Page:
So the one sidekick guy from before gets bitten and shoots himself, and nobody seems to care except for Riley. Leguizamo and his buddies do some stupid motorcycle stunts in the middle of the street that should in all reality attract a lot of zombies to try and eat them, but I guess not in this movie. Having actual excitement might slow things down; you know the drill. And if they’re supposed to be so smart, how come these rebel guys aren’t killing more of them?
The basic story behind how the last fringes of humanity have survived in this post apocalyptic world is that they’ve walled off one specific city where the zombies can’t get to. The rich live in tall skyscrapers in nice homes while everyone else lives on the streets fending for food every way they can. We see Cholo and Riley returning from their mission as Riley chews out Cholo for celebrating after a good soldier just died. Cholo will hear none of it, and the scene is pretty much pointless.
Cholo goes up to one of the buildings to visit his supervisor Kaufman, and a random black guy almost kills him, telling him of something strange going on next door. So Cholo goes over and checks, finding a man who has hanged himself while his family for some reason did not hear him doing it. And then he turns into a zombie and bites his teenage son…huh. I don’t get it. So whenever people die, they just become zombies regardless of how they died? How does that work? Explanation please? None? Okay, fine, I’ll just…assume that the rope had some zombie blood caked on it and that it somehow got into his blood stream, infecting him as he died. There. It’s stupid, but it makes about as much sense as anything else in this goddamn movie!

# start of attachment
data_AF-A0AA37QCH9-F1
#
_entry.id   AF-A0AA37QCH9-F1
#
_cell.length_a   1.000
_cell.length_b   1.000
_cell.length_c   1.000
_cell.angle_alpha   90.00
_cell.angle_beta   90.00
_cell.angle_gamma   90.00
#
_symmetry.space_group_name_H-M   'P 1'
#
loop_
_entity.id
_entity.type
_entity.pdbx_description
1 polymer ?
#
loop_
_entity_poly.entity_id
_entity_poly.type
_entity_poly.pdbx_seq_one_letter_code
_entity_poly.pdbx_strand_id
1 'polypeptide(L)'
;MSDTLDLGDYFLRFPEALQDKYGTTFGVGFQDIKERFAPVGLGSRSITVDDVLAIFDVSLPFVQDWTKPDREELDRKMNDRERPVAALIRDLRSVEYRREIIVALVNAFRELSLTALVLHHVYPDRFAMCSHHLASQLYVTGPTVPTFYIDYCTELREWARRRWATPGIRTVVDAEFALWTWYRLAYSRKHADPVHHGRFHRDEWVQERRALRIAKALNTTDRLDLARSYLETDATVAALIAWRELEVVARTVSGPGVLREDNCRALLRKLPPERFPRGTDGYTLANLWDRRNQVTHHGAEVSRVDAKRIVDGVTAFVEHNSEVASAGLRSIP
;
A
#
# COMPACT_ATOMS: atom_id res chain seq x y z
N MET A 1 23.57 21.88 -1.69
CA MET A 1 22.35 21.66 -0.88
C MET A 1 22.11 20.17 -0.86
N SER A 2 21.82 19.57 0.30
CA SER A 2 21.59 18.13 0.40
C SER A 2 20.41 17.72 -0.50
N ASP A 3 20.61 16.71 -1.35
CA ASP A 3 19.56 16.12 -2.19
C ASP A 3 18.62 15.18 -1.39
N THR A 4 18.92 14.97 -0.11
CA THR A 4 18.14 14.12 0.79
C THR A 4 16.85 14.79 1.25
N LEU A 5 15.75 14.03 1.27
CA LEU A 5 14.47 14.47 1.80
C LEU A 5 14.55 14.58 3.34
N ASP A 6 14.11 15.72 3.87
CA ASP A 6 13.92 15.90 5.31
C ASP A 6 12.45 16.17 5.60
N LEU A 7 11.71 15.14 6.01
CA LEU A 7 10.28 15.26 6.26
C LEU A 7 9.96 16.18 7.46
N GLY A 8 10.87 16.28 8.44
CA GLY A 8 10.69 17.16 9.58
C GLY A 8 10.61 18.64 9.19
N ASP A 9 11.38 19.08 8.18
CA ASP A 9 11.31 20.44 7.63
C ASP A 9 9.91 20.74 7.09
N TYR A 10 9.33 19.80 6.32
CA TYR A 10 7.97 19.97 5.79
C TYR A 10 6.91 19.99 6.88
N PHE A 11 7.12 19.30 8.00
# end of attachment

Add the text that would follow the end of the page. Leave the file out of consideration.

Our next spectacle of this movie’s intellect comes when we see what the people of the city do with the zombies they captured – yes, they capture live zombies, because that could never go wrong…and to add insult to injury to the Romero legacy, here we see people taking pictures with them like they’re fucking circus attractions, and also shooting paintballs at them. And they use them in cage fights to bet money on, too! That’s…really weak. A lot of the stuff in this movie is like that. It’s just like, really? That’s what George Romero is giving us in 2006? C’mon. You can do better, man.